A zero-emissions facility — such as a wind farm, solar facility or nuclear plant — would be eligible for a production credit of $23 per megawatt-hour through the first 10 years of a facility’s life, the same level as the current PTC. Or it could claim a one-time investment credit worth 20 percent of a facility’s costs, compared to the existing 30 percent ITC.
Baucus’ impending exit seems to put the final nail in the comprehensive tax reform coffin, at least for this term. The news broke less than six hours after he unveiled a widely anticipated draft bill to overhaul dozens of incentives for the energy sector. The proposal represented a radical rethinking of the tax code — and perhaps the most ambitious effort to shape energy policy since the failed effort to enact a cap-and-trade law in 2009 and 2010. Baucus envisioned replacing at least 42 existing incentives — some temporary, some permanent — with a trio of tax credits to promote clean electricity, clean transportation fuels and carbon capture and sequestration. The credits would have been allotted based on the greenhouse gas intensity of a given energy source and would be set to phase out when their targeted recipients — utilities, transportation or coal-fired power plants — achieved a 25 percent reduction in their emissions intensity
Daily oil production in North Dakota is nearing the 1 million-barrels-per-day benchmark, and monthly production records don’t last long. And while it’s a long way from here to Williston, N.D., Nebraska businesses from Omaha to Sidney are feeling a ripple effect. “I would say, over the last five years, it’s probably doubled our operation, both by revenue and employees,” said Don Adams, owner of Adams Industries Inc. in Sidney, Neb.
Cape Wind, the proposed $2.6 billion wind farm off the coast of Massachusetts criticized by local residents including the Kennedy family, will qualify for a key federal tax credit that expires at the end of the year, according to its turbine supplier Siemens AG.
More than 1,000 wind power manufacturing employees in Iowa and Kansas received an early Christmas gift yesterday as energy giant Siemens AG announced that its U.S. plants would supply 448 wind turbines to MidAmerican Energy Co. as part of the largest single order for onshore turbines in history. At a ribbon-cutting at Siemens’ Fort Madison, Iowa, turbine blade manufacturing plant, executives from Siemens and MidAmerican, along with local, state and federal officials, marked the largest economic development project in Iowa history, as Des Moines-based MidAmerican embarks on a $1.9 billion expansion of wind power generation across the state.
The Oracle of Omaha is certainly not guilty of a lack of energy in the remaining days of 2013. Warren Buffett grabbed his share of recent headlines when he disclosed a $3.45 billion stake in ExxonMobil. And although this story received large amounts of attention from the media, it’s only fair to acknowledge Berkshire Hathaway’s subsidiary, MidAmerican Energy Holdings, which has also been busy lately.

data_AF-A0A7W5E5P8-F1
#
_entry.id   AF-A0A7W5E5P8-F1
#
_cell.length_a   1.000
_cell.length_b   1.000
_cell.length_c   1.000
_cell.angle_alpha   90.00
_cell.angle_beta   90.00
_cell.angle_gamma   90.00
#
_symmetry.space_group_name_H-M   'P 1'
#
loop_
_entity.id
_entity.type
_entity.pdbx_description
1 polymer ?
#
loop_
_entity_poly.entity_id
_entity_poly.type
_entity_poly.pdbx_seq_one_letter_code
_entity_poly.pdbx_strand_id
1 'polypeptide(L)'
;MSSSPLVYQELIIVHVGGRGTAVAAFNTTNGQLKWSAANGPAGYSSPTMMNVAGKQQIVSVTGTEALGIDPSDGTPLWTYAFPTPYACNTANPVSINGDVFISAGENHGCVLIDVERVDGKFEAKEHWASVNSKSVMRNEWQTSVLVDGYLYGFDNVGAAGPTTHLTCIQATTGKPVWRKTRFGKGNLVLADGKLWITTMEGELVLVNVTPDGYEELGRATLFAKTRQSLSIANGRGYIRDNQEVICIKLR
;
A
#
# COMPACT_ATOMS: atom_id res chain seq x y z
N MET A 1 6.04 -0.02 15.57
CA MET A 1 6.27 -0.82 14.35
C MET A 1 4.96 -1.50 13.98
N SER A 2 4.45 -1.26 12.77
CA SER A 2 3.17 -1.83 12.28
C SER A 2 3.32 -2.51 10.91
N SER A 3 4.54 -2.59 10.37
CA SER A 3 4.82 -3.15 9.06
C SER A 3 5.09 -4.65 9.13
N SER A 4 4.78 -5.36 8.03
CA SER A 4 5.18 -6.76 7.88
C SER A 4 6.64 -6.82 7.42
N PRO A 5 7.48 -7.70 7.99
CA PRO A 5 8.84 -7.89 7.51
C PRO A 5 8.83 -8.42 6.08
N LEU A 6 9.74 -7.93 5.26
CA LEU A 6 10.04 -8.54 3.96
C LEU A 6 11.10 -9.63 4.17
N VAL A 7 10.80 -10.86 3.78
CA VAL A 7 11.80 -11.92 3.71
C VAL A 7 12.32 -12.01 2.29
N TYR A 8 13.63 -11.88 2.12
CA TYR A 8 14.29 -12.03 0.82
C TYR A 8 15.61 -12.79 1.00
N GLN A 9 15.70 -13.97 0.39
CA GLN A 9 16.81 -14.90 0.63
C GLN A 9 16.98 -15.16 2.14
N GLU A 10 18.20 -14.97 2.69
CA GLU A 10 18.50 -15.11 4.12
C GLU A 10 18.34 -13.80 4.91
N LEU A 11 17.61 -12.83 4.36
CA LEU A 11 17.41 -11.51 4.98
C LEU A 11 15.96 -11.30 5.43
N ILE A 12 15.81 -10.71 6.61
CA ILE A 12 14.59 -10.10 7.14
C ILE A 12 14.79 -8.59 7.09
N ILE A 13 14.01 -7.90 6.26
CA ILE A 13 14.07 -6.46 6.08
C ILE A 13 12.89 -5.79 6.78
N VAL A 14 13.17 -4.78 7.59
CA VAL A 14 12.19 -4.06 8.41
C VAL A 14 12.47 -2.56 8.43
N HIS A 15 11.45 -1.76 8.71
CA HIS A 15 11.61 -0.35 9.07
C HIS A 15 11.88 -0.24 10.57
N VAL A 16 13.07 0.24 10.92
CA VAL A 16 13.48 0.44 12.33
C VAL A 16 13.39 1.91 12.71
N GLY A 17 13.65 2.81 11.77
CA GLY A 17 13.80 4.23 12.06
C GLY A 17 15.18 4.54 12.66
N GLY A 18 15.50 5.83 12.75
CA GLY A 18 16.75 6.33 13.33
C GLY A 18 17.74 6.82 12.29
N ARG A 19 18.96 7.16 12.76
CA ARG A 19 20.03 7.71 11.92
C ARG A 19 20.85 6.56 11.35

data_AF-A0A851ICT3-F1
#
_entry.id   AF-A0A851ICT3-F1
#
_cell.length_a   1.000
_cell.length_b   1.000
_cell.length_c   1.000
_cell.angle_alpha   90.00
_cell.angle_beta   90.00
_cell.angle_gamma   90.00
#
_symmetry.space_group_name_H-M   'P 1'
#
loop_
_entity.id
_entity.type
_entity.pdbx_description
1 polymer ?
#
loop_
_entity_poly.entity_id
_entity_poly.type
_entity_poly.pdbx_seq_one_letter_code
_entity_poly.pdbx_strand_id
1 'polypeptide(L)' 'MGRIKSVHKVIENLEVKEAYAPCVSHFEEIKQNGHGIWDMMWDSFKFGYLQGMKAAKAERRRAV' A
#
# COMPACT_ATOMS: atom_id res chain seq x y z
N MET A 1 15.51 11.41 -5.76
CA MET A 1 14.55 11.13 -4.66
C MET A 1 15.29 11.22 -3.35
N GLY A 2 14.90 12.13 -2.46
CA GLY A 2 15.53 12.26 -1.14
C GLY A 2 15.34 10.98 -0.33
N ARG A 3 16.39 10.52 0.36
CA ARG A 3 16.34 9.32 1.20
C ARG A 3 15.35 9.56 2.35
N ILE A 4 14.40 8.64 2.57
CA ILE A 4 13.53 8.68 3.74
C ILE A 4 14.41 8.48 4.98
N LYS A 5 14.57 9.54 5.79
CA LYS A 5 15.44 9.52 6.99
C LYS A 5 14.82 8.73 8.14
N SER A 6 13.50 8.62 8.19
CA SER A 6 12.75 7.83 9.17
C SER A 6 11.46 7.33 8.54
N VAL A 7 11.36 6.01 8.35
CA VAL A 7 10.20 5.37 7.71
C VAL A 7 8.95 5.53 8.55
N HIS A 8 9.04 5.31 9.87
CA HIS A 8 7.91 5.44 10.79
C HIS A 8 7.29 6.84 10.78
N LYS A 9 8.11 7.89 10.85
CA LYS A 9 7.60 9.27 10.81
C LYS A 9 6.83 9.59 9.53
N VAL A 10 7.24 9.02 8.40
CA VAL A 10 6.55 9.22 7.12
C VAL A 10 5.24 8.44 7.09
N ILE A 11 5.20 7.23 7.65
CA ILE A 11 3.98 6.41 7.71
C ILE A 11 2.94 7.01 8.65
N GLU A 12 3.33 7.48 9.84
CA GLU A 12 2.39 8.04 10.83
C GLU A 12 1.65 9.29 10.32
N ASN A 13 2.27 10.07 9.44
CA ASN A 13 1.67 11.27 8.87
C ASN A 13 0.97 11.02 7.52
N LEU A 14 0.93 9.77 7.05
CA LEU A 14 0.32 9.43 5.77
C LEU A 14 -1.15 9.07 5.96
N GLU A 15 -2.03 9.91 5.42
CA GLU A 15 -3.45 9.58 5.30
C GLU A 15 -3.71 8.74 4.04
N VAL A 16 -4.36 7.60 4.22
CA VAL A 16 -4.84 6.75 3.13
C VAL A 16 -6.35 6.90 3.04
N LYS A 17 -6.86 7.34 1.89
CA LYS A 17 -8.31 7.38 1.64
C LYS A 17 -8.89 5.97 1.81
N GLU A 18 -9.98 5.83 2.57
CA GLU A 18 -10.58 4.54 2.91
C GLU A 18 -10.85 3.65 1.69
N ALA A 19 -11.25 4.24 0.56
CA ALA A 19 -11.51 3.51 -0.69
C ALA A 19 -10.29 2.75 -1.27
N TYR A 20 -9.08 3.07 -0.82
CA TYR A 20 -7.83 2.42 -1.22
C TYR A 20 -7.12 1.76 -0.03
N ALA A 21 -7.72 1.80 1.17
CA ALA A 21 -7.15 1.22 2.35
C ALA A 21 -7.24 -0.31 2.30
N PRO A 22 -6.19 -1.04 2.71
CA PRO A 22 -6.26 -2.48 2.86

The decision by Warren Buffett’s utility company to order about $1 billion of wind turbines for projects in Iowa shows how a drop in equipment costs is making renewable energy more competitive with power from fossil fuels. Turbine prices have fallen 26 percent worldwide since the first half of 2009, bringing wind power within 5.5 percent of the cost of electricity from coal, according to data compiled by Bloomberg. MidAmerican Energy Holdings Co., a unit of Buffett’s Berkshire Hathaway Inc. (BRK/A), yesterday announced an order for 1,050 megawatts of Siemens AG (SIE) wind turbines in the industry’s largest order to date for land-based gear.
Alexander and Manchin are among the Senate’s top critics of the wind industry’s prized tax credit. While the $23-per-megawatt-hour PTC also supports geothermal, biomass and other renewable sources, wind is responsible for the lion’s share of its cost, estimated at more than $1 billion per year. Wind is the largest non-hydro renewable electricity provider and was the source of more new installed capacity than any other source last year, surpassing natural gas.
Providing the most prominent acknowledgement to date that comprehensive tax reform may not happen before the 113th Congress adjourns, Senate Finance Chairman Max Baucus last week told a private meeting of committee members that they likely would have to address a raft of temporary tax breaks in isolation next year, a senior Republican on the panel told Greenwire today. The Montana Democrat’s acknowledgement carries wide implications for wind energy developers, biofuels producers and building efficiency companies that rely on the temporary tax breaks known as extenders.
As the Obama administration seeks to clear a path for more renewable energy projects, it has increasingly found itself caught between two staunch allies: the wind energy industry and environmental organizations. Tensions between both groups and the administration have risen since a new federal rule was announced this month allowing wind farms to lawfully kill bald and golden eagles under 30-year permits.